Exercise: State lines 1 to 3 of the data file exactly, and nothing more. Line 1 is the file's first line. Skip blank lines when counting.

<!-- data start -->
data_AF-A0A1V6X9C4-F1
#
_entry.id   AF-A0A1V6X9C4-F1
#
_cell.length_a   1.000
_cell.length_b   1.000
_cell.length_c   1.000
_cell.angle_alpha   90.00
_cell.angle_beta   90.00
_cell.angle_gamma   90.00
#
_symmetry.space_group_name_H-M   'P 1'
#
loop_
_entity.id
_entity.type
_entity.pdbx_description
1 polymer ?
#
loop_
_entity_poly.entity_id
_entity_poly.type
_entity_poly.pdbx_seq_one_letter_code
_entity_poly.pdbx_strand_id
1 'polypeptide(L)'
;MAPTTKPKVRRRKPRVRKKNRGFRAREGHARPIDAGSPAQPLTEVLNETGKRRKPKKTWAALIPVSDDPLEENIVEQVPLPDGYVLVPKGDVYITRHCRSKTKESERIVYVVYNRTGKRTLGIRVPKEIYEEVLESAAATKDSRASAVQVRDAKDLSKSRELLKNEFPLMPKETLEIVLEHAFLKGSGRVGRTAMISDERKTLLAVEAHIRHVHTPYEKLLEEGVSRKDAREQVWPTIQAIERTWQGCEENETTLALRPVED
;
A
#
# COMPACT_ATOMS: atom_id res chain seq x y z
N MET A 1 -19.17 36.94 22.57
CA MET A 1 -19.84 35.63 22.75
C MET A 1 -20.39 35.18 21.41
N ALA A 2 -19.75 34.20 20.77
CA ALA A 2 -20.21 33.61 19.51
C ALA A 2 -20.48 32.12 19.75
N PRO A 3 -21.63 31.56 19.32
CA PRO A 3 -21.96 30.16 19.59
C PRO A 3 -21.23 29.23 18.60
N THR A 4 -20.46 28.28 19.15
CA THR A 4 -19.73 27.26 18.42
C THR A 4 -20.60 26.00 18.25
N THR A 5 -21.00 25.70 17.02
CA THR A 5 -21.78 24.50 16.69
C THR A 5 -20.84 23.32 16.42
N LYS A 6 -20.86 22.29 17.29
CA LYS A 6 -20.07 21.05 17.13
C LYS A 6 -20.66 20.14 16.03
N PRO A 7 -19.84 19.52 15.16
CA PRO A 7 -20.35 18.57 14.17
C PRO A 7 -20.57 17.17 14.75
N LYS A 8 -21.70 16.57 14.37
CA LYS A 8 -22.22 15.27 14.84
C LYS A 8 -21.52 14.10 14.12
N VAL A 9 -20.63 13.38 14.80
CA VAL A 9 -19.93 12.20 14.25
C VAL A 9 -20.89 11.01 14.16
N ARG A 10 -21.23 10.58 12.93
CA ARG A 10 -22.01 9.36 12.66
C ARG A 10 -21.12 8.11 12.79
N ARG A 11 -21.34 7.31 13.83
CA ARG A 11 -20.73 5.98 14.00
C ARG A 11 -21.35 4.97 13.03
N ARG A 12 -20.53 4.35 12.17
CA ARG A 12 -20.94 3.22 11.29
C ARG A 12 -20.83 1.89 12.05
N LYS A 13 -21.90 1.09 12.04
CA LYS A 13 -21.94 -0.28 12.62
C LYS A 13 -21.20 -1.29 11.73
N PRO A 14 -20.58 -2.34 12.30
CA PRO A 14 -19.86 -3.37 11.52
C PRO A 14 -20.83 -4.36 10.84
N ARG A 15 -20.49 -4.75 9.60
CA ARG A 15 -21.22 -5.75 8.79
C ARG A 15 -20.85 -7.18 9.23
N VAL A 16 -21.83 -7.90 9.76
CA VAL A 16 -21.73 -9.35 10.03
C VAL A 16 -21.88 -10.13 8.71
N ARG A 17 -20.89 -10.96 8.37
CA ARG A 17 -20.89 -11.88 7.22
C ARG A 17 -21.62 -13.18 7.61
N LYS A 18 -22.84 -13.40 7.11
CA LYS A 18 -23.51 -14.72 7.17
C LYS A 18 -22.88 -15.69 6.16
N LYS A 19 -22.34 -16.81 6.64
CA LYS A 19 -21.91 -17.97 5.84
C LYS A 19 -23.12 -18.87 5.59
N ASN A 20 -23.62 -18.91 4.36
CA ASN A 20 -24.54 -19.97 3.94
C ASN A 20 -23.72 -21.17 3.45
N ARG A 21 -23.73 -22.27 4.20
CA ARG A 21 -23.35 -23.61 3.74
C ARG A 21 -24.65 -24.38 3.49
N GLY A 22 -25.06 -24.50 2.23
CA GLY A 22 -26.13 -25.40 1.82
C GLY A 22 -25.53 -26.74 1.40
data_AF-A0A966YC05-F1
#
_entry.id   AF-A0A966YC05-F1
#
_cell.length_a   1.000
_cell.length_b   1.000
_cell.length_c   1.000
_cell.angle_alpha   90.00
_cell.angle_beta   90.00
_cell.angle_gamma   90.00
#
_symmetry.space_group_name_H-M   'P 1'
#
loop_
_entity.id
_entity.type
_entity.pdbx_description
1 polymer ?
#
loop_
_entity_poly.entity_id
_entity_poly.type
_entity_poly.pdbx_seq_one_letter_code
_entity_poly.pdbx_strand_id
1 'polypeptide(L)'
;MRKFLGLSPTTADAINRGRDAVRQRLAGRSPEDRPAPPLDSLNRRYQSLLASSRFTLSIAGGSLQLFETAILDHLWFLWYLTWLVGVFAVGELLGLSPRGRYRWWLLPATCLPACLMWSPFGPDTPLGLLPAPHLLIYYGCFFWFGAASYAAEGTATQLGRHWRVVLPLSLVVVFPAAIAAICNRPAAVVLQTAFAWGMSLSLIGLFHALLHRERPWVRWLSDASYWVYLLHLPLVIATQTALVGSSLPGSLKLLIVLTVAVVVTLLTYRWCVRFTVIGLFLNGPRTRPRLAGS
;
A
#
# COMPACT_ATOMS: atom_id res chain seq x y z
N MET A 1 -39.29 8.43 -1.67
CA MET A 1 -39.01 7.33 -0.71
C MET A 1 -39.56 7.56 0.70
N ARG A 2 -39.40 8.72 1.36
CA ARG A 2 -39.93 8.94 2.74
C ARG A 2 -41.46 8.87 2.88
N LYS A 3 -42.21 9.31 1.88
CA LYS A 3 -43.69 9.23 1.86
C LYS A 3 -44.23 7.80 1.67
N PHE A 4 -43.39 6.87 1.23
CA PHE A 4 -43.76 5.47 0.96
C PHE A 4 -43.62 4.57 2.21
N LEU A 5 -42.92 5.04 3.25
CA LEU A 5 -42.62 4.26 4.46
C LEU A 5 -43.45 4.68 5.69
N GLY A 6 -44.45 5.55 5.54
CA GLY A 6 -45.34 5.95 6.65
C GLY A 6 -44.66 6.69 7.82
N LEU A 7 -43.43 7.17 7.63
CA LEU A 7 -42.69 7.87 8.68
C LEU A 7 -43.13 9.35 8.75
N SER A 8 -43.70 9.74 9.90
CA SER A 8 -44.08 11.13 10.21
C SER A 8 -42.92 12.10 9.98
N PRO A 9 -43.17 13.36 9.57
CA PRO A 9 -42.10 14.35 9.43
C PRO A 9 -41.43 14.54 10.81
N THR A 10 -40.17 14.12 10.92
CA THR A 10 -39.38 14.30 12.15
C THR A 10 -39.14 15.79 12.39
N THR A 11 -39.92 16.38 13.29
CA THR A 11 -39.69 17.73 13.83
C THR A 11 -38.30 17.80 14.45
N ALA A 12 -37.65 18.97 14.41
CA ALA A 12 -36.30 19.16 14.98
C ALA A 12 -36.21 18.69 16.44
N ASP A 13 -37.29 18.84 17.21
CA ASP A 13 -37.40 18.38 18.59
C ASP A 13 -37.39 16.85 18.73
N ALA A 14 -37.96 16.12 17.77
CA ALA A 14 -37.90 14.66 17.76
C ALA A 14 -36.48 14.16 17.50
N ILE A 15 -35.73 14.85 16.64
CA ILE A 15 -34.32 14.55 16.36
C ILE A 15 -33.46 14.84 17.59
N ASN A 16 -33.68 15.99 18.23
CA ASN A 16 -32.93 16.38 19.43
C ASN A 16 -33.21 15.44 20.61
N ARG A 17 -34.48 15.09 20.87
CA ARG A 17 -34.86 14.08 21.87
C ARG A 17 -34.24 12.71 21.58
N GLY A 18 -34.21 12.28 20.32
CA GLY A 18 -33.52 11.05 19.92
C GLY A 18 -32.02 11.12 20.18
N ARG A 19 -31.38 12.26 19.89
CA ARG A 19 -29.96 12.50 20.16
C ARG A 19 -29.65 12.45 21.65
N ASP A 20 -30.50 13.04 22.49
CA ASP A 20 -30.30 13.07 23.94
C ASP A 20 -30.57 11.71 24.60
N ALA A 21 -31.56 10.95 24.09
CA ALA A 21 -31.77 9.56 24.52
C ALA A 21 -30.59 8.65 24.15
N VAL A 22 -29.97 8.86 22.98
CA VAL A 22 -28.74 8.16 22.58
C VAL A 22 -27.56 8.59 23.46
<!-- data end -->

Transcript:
data_AF-A0A1V6X9C4-F1
#
_entry.id   AF-A0A1V6X9C4-F1